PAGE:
Mixed Feelings in Racially Mixed

by PaulRaphael on November 14, 2016 - 1:22am

          Paragg’s (2015) study investigates the inability of mixed-race individuals to identify fully as 
“Canadian.” In this article, the author conducts semi-structured in-depth interviews with 19 men and 
women aged between 21 and 32, which took place between fall of 2009 and fall of 2010. Since the 
majority of the respondents were recruited from the University of Alberta, the author assumes that the 
respondents are likely of a higher socio-economic status and have access to information and ways of 
thinking that others might not. The author also specifically sought out Canadian-born participants. This 
helped manage the study since they were all from a particular historical cohort. They were also all English 
speaking since identifying as “Canadian” could have different meanings depending if the person is from 
Quebec or not. Although the city in which this study takes place in, Edmonton, is becoming more and 
more diverse, it is still not on the same level as the major Canadian cities. As such, many respondents 
compared growing up in small rural predominantly white towns to living in the city. Paragg analyzed these 
interviews and found three major findings: 
          The first being the fact that the majority of her respondents identified as “Canadian” first when 
they were asked how they self-identified. Yet when they were asked to describe their racial-background, 
respondents changed their identity. This means that although participants self-identified as “Canadian,” 
they mostly talked about their parent’s background when asked about their race. 
          The second is that participants understand that “Canadian means white.” Paragg goes on to 
explain that this is a cath-22 by referencing Mackey’s (2002) interviews in which White respondents 
insisted that non-white people in Canada should identify as “Canadian.” Yet those same people 
understand that White people do not view them as “Canadian.” As such, respondents feel included yet 
excluded by the term “Canadian.” 
           The final one is that respondents use the term “Canadian” strategically. Paragg explains that they 
use it in conversations with other people to confuse them and complicate their assumptions. Some do it 
just to “mess with them.” Paragg argues that this is strategic because it works to separate the questioner’s 
idea between race and nationality.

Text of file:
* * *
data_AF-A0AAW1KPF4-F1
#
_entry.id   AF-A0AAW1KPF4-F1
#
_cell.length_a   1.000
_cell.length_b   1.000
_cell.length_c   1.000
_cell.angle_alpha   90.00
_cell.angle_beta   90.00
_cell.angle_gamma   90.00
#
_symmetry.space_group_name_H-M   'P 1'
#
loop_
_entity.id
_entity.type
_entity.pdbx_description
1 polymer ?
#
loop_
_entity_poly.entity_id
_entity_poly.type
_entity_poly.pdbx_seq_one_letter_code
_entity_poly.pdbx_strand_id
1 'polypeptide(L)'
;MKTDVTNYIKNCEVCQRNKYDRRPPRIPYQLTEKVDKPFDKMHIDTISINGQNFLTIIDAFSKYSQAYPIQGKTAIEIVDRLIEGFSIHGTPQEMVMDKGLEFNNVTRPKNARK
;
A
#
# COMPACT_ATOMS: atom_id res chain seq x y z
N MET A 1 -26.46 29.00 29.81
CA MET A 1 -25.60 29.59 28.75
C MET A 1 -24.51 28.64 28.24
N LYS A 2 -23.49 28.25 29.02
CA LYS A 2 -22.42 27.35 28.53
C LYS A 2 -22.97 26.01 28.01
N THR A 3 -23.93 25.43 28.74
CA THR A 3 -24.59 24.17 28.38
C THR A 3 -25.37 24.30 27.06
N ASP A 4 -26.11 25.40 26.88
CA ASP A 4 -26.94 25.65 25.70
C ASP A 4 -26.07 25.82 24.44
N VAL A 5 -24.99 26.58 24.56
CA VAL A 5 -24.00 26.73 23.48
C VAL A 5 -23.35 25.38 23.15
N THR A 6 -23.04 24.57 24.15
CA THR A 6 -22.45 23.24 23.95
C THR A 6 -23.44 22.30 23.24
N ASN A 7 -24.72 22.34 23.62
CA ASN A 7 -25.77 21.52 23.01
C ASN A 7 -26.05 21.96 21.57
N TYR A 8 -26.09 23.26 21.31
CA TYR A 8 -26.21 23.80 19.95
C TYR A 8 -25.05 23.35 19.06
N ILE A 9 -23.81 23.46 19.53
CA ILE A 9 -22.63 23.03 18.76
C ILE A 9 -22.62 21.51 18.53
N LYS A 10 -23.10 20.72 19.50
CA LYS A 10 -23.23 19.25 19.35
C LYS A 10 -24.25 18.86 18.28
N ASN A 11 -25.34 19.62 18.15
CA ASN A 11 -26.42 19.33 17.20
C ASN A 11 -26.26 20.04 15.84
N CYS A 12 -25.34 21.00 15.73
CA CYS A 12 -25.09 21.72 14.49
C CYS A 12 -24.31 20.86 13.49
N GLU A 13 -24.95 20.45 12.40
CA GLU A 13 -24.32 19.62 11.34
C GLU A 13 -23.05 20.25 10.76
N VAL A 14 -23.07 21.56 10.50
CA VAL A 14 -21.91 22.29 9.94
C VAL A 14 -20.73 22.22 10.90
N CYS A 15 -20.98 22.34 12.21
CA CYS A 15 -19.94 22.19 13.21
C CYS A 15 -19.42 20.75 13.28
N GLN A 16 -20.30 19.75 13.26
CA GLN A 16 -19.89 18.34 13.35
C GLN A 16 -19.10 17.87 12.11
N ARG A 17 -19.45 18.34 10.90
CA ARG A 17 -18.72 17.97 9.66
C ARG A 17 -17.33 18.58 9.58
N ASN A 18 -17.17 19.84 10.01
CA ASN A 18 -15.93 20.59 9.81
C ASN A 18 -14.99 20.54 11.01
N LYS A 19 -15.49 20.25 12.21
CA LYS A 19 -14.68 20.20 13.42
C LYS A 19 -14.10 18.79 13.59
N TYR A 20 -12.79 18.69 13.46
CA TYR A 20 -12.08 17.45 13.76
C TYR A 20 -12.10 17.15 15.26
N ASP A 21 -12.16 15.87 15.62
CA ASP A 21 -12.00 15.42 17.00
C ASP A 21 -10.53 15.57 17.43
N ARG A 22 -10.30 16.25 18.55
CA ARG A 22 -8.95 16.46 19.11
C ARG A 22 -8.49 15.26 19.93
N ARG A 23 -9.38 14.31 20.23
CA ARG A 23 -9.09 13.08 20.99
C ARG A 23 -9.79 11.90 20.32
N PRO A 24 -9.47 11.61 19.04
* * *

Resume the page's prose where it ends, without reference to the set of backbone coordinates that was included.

The author concludes that the identification as “Canadian” by racially mixed people remains 
inaccessible, despite the country stating that it is a multicultural society. 
 
             This study, in my opinion, does a particularly good job in showing not only the trouble that mixed
race people have when identifying as “Canadian,” but also the inability of the dominant culture to accept 
these individuals. I also believe that this study can be extended to non-white people who want to identify 
as “Canadian” too since as the author mentions at the end, “Canadian means white.” The major drawback 
of this study is its incredibly small sample size, which I find could lead to inaccuracies. Even so, I still find 
the study to be fantastic example of how the dominant culture refuses to accept “different” people into 
it. I myself can identify with many of what the respondents of said, since I am also of mixed-race and born 
in Canada, having also been bombarded with questions like that. Another part that I particularly like of 
this study is that the author refutes a lot of what the respondents say and does not just blindly agree with 
them. For example, Paragg refutes the claim that Canada has no real culture since it is “too white” said by 
some of her respondents by using a quote saying that the culture is so omnipresent that people just don’t 
notice it. Overall, I found that this article helps expose the lack of separation between race and nationality.  
 
 
References: 
 
Paragg, J. (2015). "Canadian-First": Mixed Race Self-Identification and Canadian Belonging. Canadian 
        Ethnic Studies, 47(2), 21-44. Retrieved from Academic Search Elite database. 

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